CIOs will also have to make data center employees comfortable with lean’s focus on processes and their continuous improvement. Computer science educations rarely teach process-orientation and continuous-improvement techniques. Data center employees will need to be taught by lean experts. There are many from the world of manufacturing and an increasing number from service industries. CIOs must pair these lean "coaches" with their data center managers, operators, and engineers to learn the processes, systems, and behaviors of lean. Much of the learning will be experiential and require pilot projects. Once they learn lean principles, data center professionals must get used to continuously improving the way they do their jobs--not making changes only once. To instill a continuous-improvement mind-set, CIOs will have to rethink how their data center managers interact with business users and IT employees on the application side of the IT shop, redefine measurement and incentive systems, and rethink the organizational structure and governance mechanisms in the data center.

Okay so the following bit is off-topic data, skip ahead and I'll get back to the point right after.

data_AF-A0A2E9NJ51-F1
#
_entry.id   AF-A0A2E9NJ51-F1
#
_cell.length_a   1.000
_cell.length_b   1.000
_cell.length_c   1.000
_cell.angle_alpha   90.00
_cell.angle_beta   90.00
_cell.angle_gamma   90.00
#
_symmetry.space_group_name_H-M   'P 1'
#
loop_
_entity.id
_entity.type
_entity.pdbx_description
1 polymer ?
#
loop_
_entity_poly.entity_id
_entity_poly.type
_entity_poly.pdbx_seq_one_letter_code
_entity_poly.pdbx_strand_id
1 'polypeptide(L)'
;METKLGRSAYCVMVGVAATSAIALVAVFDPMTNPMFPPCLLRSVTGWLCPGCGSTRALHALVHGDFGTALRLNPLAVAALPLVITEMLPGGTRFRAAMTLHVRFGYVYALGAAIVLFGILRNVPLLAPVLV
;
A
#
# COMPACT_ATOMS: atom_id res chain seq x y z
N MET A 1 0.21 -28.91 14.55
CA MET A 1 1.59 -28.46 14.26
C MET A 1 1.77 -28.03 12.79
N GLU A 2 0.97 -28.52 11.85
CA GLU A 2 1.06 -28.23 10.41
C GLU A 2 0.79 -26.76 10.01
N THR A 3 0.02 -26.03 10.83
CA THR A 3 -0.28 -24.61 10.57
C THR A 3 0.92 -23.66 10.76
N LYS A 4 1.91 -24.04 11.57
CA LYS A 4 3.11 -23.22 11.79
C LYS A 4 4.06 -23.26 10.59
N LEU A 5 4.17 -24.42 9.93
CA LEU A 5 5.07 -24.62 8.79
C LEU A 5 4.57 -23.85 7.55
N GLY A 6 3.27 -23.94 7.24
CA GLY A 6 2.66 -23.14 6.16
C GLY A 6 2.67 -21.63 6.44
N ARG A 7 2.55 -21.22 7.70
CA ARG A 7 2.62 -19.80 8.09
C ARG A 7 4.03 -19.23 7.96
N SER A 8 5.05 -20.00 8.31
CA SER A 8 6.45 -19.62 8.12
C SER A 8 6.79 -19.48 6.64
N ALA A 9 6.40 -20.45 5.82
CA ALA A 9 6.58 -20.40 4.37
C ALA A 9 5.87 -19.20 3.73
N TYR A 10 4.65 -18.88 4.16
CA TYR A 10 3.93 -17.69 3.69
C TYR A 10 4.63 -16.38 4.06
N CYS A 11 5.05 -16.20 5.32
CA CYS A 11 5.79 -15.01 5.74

Two Promising Roads to Effectiveness

For CIOs, SOA and lean principles represent two of the best management tools in a long time to control IT costs and make IT more effective. Those who become proficient at using SOA to improve the quality and cost of the software that runs their companies and who become masters at lean approaches to streamline the data center will no doubt be able to satisfy the CEO and CFO whose focus is on cost containment. Such CIOs will also be able to stand beside their counterparts in manufacturing, procurement, distribution and other business functions that have generated substantial operating and financial improvements in their domains and show how the IT function, too, can contribute to the effort.

Janaki Akella and Roger Roberts are principals at McKinsey & Company and co-leaders of its global IT architecture practice. Kishore Kanakamedala is practice manager of McKinsey’s IT infrastructure practice.